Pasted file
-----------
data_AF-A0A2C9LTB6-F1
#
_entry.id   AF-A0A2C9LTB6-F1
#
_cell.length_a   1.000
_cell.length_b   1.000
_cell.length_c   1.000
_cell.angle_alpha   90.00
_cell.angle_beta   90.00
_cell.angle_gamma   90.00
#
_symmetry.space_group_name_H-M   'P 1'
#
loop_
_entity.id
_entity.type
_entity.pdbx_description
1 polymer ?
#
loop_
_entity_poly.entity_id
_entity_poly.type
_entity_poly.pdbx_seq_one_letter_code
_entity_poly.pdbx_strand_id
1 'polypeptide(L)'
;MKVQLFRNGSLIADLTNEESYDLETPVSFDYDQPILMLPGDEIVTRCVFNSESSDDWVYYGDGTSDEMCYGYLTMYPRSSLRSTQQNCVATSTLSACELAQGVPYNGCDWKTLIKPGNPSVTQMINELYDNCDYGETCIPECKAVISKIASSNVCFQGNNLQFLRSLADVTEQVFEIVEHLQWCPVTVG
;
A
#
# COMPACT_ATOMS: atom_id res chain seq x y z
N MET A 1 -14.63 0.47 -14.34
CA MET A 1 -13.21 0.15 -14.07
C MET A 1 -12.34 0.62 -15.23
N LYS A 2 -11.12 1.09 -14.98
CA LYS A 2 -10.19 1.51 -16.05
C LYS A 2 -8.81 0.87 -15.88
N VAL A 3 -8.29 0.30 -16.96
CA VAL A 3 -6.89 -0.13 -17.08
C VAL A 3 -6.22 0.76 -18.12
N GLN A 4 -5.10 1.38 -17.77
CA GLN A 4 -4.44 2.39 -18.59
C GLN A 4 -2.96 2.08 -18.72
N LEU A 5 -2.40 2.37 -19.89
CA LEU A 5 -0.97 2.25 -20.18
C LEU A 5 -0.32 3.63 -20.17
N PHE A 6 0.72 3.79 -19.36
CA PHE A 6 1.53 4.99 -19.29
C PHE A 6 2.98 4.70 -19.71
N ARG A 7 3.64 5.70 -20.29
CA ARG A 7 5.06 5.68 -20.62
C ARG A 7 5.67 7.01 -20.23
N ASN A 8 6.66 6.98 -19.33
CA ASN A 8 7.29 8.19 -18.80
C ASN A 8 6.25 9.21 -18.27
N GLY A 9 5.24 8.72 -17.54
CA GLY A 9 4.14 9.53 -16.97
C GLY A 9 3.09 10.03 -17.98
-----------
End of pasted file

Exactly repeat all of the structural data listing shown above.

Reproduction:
data_AF-A0A2C9LTB6-F1
#
_entry.id   AF-A0A2C9LTB6-F1
#
_cell.length_a   1.000
_cell.length_b   1.000
_cell.length_c   1.000
_cell.angle_alpha   90.00
_cell.angle_beta   90.00
_cell.angle_gamma   90.00
#
_symmetry.space_group_name_H-M   'P 1'
#
loop_
_entity.id
_entity.type
_entity.pdbx_description
1 polymer ?
#
loop_
_entity_poly.entity_id
_entity_poly.type
_entity_poly.pdbx_seq_one_letter_code
_entity_poly.pdbx_strand_id
1 'polypeptide(L)'
;MKVQLFRNGSLIADLTNEESYDLETPVSFDYDQPILMLPGDEIVTRCVFNSESSDDWVYYGDGTSDEMCYGYLTMYPRSSLRSTQQNCVATSTLSACELAQGVPYNGCDWKTLIKPGNPSVTQMINELYDNCDYGETCIPECKAVISKIASSNVCFQGNNLQFLRSLADVTEQVFEIVEHLQWCPVTVG
;
A
#
# COMPACT_ATOMS: atom_id res chain seq x y z
N MET A 1 -14.63 0.47 -14.34
CA MET A 1 -13.21 0.15 -14.07
C MET A 1 -12.34 0.62 -15.23
N LYS A 2 -11.12 1.09 -14.98
CA LYS A 2 -10.19 1.51 -16.05
C LYS A 2 -8.81 0.87 -15.88
N VAL A 3 -8.29 0.30 -16.96
CA VAL A 3 -6.89 -0.13 -17.08
C VAL A 3 -6.22 0.76 -18.12
N GLN A 4 -5.10 1.38 -17.77
CA GLN A 4 -4.44 2.39 -18.59
C GLN A 4 -2.96 2.08 -18.72
N LEU A 5 -2.40 2.37 -19.89
CA LEU A 5 -0.97 2.25 -20.18
C LEU A 5 -0.32 3.63 -20.17
N PHE A 6 0.72 3.79 -19.36
CA PHE A 6 1.53 4.99 -19.29
C PHE A 6 2.98 4.70 -19.71
N ARG A 7 3.64 5.70 -20.29
CA ARG A 7 5.06 5.68 -20.62
C ARG A 7 5.67 7.01 -20.23
N ASN A 8 6.66 6.98 -19.33
CA ASN A 8 7.29 8.19 -18.80
C ASN A 8 6.25 9.21 -18.27
N GLY A 9 5.24 8.72 -17.54
CA GLY A 9 4.14 9.53 -16.97
C GLY A 9 3.09 10.03 -17.98